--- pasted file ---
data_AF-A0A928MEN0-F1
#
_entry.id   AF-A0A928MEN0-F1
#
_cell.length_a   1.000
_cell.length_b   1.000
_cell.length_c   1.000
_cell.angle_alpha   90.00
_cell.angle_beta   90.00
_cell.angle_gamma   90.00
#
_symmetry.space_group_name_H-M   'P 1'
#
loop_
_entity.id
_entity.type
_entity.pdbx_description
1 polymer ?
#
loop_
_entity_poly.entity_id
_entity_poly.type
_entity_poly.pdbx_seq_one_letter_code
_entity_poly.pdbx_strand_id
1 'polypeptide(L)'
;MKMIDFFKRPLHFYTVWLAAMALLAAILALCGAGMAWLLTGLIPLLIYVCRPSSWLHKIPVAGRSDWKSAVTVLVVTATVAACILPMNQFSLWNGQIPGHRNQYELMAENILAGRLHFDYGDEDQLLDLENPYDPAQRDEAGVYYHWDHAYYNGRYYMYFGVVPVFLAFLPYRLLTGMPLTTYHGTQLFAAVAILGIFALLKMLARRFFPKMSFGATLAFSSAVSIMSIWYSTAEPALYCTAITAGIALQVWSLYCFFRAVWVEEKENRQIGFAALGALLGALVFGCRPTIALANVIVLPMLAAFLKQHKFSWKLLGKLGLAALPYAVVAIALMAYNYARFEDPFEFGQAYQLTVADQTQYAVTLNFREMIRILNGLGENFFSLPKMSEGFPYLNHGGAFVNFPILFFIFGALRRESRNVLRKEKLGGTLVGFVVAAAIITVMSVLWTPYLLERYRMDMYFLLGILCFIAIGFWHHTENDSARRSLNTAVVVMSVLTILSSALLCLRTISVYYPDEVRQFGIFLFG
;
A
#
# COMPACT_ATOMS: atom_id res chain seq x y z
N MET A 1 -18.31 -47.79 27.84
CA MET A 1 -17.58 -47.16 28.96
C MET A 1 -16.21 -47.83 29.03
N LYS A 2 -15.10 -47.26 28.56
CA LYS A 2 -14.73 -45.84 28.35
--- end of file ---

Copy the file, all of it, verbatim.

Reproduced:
data_AF-A0A928MEN0-F1
#
_entry.id   AF-A0A928MEN0-F1
#
_cell.length_a   1.000
_cell.length_b   1.000
_cell.length_c   1.000
_cell.angle_alpha   90.00
_cell.angle_beta   90.00
_cell.angle_gamma   90.00
#
_symmetry.space_group_name_H-M   'P 1'
#
loop_
_entity.id
_entity.type
_entity.pdbx_description
1 polymer ?
#
loop_
_entity_poly.entity_id
_entity_poly.type
_entity_poly.pdbx_seq_one_letter_code
_entity_poly.pdbx_strand_id
1 'polypeptide(L)'
;MKMIDFFKRPLHFYTVWLAAMALLAAILALCGAGMAWLLTGLIPLLIYVCRPSSWLHKIPVAGRSDWKSAVTVLVVTATVAACILPMNQFSLWNGQIPGHRNQYELMAENILAGRLHFDYGDEDQLLDLENPYDPAQRDEAGVYYHWDHAYYNGRYYMYFGVVPVFLAFLPYRLLTGMPLTTYHGTQLFAAVAILGIFALLKMLARRFFPKMSFGATLAFSSAVSIMSIWYSTAEPALYCTAITAGIALQVWSLYCFFRAVWVEEKENRQIGFAALGALLGALVFGCRPTIALANVIVLPMLAAFLKQHKFSWKLLGKLGLAALPYAVVAIALMAYNYARFEDPFEFGQAYQLTVADQTQYAVTLNFREMIRILNGLGENFFSLPKMSEGFPYLNHGGAFVNFPILFFIFGALRRESRNVLRKEKLGGTLVGFVVAAAIITVMSVLWTPYLLERYRMDMYFLLGILCFIAIGFWHHTENDSARRSLNTAVVVMSVLTILSSALLCLRTISVYYPDEVRQFGIFLFG
;
A
#
# COMPACT_ATOMS: atom_id res chain seq x y z
N MET A 1 -18.31 -47.79 27.84
CA MET A 1 -17.58 -47.16 28.96
C MET A 1 -16.21 -47.83 29.03
N LYS A 2 -15.10 -47.26 28.56
CA LYS A 2 -14.73 -45.84 28.35